The survey, conducted by InsightExpress, an online market research firm, also found that 62 percent of company executives who have laid off staff said the reductions would decrease customer loyalty and encourage business customers to seek other suppliers.
"Wall Street views layoffs as good for the bottom line, but not if they cause a loss of future revenue or profits driven by the exodus of key employees," said Lee Smith, chief operating officer of InsightExpress. "When faced with company layoffs, employers need to act proactively to employee concerns. Otherwise they risk losing key employees to the competition.
In addition, companies that reduce staff in areas such as sales and customer service should ask themselves how this will impact their relationship with customers. Most companies don't know the impact until it's too late."
Executives from 500 small to large companies were surveyed by InsightExpress between October 19-24 to measure their concerns about the impact of recent staff reductions at their organizations on sales, customer relationships and employee turnover.
Of the companies who have reduced staff in the past six months, 46 percent have reduced staff in operations; 37 percent have reduced staff in administration; and 28 percent have reduced staff in customer service. Other areas of staff reduction include:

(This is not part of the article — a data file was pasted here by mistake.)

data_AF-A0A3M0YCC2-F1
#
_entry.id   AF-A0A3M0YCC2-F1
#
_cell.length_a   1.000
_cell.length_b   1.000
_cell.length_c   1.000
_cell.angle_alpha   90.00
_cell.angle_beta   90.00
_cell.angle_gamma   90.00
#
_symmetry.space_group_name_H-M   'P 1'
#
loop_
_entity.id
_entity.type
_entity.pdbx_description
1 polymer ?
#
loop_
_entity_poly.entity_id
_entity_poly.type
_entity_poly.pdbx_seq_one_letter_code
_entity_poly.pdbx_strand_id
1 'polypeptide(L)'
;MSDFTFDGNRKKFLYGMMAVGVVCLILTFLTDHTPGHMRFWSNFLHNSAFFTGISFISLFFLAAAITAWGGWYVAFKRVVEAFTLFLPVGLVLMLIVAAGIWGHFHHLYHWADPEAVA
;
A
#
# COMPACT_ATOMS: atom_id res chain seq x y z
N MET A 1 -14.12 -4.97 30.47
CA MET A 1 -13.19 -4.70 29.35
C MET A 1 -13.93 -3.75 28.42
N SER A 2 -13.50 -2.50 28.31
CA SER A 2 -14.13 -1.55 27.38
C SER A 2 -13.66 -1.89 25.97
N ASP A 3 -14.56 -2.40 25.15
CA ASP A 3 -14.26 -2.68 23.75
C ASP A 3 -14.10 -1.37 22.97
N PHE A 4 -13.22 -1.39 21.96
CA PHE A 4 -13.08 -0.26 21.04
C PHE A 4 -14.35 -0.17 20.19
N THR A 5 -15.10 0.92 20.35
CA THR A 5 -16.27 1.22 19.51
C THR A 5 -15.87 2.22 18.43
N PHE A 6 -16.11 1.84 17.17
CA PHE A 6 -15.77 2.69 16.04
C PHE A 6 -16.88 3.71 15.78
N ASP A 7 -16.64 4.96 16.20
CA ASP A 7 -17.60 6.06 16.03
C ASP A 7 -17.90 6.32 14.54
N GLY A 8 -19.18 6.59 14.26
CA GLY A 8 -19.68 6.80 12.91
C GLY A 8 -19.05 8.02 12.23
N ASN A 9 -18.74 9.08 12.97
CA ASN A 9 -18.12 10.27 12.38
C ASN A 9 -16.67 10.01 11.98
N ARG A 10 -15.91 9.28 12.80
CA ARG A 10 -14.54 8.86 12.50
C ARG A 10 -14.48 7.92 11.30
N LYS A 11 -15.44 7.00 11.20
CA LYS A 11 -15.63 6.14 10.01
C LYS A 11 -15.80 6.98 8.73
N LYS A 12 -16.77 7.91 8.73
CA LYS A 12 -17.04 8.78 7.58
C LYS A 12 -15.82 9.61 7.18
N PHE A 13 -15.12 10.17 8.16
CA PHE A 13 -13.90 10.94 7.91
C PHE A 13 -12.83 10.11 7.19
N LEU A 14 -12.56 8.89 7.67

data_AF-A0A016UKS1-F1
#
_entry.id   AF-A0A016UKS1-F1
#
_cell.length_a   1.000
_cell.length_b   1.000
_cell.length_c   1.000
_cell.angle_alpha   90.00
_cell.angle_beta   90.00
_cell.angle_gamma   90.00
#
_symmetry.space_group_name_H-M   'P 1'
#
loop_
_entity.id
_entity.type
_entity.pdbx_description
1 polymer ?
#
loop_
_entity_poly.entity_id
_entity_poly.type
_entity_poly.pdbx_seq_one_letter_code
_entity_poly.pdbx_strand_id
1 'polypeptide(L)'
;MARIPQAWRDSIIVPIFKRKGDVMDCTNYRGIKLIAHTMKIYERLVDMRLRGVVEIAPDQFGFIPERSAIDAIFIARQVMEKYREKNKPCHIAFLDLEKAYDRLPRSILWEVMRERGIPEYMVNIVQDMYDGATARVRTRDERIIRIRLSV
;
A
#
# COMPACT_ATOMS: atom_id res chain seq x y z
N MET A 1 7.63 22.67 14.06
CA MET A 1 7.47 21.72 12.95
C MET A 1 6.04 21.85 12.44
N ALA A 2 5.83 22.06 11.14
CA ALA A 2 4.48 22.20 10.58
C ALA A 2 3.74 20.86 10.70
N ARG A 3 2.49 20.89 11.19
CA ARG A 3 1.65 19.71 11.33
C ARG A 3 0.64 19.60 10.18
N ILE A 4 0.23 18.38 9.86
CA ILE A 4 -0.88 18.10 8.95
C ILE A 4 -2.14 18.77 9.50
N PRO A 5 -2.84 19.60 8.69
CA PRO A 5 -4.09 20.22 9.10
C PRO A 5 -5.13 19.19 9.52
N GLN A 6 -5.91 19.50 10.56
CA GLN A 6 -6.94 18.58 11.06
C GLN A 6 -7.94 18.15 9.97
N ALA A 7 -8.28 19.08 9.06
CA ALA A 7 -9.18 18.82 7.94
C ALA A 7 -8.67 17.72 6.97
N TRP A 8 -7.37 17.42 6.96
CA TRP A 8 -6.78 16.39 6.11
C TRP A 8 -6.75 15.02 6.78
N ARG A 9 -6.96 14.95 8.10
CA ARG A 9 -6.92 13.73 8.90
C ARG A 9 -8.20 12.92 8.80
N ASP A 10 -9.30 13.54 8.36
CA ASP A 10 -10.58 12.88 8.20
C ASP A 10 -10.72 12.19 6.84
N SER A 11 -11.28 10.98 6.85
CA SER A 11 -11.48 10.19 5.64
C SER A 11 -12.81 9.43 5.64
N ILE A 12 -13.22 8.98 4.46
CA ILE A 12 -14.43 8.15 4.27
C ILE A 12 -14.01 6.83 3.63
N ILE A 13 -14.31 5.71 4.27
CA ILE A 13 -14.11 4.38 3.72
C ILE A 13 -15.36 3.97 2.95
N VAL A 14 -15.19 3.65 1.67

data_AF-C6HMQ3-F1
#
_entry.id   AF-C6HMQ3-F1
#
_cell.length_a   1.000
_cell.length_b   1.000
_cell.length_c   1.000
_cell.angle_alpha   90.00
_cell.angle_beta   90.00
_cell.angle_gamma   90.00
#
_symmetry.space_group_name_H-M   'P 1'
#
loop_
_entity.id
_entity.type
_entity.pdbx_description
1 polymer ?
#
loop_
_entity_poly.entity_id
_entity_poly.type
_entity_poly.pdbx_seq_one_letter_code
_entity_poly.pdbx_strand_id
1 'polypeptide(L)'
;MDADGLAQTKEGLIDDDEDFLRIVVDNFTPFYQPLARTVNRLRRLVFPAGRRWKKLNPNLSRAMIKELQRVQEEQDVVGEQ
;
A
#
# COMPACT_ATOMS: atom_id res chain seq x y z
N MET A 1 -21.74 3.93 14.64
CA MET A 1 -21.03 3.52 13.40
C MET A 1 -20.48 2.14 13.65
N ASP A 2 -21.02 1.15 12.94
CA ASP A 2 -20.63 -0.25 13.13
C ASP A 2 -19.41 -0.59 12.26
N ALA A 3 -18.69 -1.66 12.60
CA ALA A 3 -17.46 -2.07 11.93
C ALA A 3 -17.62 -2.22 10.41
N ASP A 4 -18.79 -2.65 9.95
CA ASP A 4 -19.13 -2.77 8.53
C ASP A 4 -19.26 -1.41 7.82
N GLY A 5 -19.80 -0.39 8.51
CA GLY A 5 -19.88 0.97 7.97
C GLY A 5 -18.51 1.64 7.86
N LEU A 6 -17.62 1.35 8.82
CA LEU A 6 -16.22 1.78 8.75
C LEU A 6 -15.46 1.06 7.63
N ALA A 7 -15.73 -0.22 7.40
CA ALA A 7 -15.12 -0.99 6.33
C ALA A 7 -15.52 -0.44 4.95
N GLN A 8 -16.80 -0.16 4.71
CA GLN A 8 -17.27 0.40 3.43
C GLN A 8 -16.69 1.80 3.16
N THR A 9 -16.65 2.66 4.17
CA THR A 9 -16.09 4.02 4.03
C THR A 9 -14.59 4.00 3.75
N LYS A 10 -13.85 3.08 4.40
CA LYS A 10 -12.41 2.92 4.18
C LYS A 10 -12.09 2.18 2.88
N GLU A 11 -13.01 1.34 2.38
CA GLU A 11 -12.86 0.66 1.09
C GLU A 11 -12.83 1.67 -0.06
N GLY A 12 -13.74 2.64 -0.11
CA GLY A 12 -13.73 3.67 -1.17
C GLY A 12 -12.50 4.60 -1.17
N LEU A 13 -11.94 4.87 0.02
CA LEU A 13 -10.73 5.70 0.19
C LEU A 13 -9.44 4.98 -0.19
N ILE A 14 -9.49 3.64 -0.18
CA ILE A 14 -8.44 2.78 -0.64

- Accounting/Finance (22 percent)
- Sales (20 percent)
- Human Resources (19 percent)
- Marketing (17 percent)
- Engineering (16 percent)
- Product Development (17 percent)
- Technology/IT (13 percent)
- Other (14 percent)
In response to these staff reductions, 42 percent of all companies indicated they plan to reallocate company resources, including human capital, asking employees to be more efficient, contribute more, and work longer hours to meet the needs of their customers.
"While employers have the upper hand in the job market today, they still need to pay attention to employee concerns. When a key employee leaves, so do customers - and that's money out the door," summed up Smith.
From the HR.BLR.com Library:
ty-nine percent of executives who recently reduced their staffs report being worried that the layoffs will encourage the remaining employees to look for new jobs, according to a new survey.